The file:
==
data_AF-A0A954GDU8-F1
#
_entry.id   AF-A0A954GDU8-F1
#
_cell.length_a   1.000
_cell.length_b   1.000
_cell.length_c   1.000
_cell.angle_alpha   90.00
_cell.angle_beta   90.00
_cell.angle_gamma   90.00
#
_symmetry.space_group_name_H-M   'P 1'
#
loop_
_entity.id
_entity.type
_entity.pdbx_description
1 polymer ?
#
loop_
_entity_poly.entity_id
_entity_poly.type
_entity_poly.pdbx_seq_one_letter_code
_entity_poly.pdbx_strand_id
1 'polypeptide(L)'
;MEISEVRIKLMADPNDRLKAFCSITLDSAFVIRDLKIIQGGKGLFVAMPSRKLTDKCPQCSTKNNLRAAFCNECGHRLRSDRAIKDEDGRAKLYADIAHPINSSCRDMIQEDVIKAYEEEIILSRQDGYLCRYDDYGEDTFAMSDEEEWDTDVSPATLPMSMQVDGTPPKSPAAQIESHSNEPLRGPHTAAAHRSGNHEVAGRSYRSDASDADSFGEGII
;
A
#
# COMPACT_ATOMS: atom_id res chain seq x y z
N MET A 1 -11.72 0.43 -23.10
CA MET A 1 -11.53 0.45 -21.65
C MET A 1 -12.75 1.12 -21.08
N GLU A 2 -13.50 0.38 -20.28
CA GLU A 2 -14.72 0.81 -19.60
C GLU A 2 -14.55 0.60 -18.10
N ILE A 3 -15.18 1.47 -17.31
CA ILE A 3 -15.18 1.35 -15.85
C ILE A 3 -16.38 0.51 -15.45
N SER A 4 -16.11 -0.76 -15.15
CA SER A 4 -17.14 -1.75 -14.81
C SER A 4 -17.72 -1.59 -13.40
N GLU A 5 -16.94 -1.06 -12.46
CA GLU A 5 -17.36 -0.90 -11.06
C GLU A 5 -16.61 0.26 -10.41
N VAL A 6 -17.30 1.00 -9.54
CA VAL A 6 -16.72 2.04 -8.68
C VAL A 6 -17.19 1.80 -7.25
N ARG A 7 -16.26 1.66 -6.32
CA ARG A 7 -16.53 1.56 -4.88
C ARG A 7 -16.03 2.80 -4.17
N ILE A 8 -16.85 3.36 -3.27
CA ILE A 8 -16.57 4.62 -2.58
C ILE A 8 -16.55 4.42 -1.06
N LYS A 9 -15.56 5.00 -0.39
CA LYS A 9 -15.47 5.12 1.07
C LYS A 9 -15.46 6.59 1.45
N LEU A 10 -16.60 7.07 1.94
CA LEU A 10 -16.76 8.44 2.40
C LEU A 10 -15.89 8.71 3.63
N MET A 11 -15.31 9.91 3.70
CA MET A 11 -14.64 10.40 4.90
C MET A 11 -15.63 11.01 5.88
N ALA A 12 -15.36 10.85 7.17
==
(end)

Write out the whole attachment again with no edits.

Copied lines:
data_AF-A0A954GDU8-F1
#
_entry.id   AF-A0A954GDU8-F1
#
_cell.length_a   1.000
_cell.length_b   1.000
_cell.length_c   1.000
_cell.angle_alpha   90.00
_cell.angle_beta   90.00
_cell.angle_gamma   90.00
#
_symmetry.space_group_name_H-M   'P 1'
#
loop_
_entity.id
_entity.type
_entity.pdbx_description
1 polymer ?
#
loop_
_entity_poly.entity_id
_entity_poly.type
_entity_poly.pdbx_seq_one_letter_code
_entity_poly.pdbx_strand_id
1 'polypeptide(L)'
;MEISEVRIKLMADPNDRLKAFCSITLDSAFVIRDLKIIQGGKGLFVAMPSRKLTDKCPQCSTKNNLRAAFCNECGHRLRSDRAIKDEDGRAKLYADIAHPINSSCRDMIQEDVIKAYEEEIILSRQDGYLCRYDDYGEDTFAMSDEEEWDTDVSPATLPMSMQVDGTPPKSPAAQIESHSNEPLRGPHTAAAHRSGNHEVAGRSYRSDASDADSFGEGII
;
A
#
# COMPACT_ATOMS: atom_id res chain seq x y z
N MET A 1 -11.72 0.43 -23.10
CA MET A 1 -11.53 0.45 -21.65
C MET A 1 -12.75 1.12 -21.08
N GLU A 2 -13.50 0.38 -20.28
CA GLU A 2 -14.72 0.81 -19.60
C GLU A 2 -14.55 0.60 -18.10
N ILE A 3 -15.18 1.47 -17.31
CA ILE A 3 -15.18 1.35 -15.85
C ILE A 3 -16.38 0.51 -15.45
N SER A 4 -16.11 -0.76 -15.15
CA SER A 4 -17.14 -1.75 -14.81
C SER A 4 -17.72 -1.59 -13.40
N GLU A 5 -16.94 -1.06 -12.46
CA GLU A 5 -17.36 -0.90 -11.06
C GLU A 5 -16.61 0.26 -10.41
N VAL A 6 -17.30 1.00 -9.54
CA VAL A 6 -16.72 2.04 -8.68
C VAL A 6 -17.19 1.80 -7.25
N ARG A 7 -16.26 1.66 -6.32
CA ARG A 7 -16.53 1.56 -4.88
C ARG A 7 -16.03 2.80 -4.17
N ILE A 8 -16.85 3.36 -3.27
CA ILE A 8 -16.57 4.62 -2.58
C ILE A 8 -16.55 4.42 -1.06
N LYS A 9 -15.56 5.00 -0.39
CA LYS A 9 -15.47 5.12 1.07
C LYS A 9 -15.46 6.59 1.45
N LEU A 10 -16.60 7.07 1.94
CA LEU A 10 -16.76 8.44 2.40
C LEU A 10 -15.89 8.71 3.63
N MET A 11 -15.31 9.91 3.70
CA MET A 11 -14.64 10.40 4.90
C MET A 11 -15.63 11.01 5.88
N ALA A 12 -15.36 10.85 7.17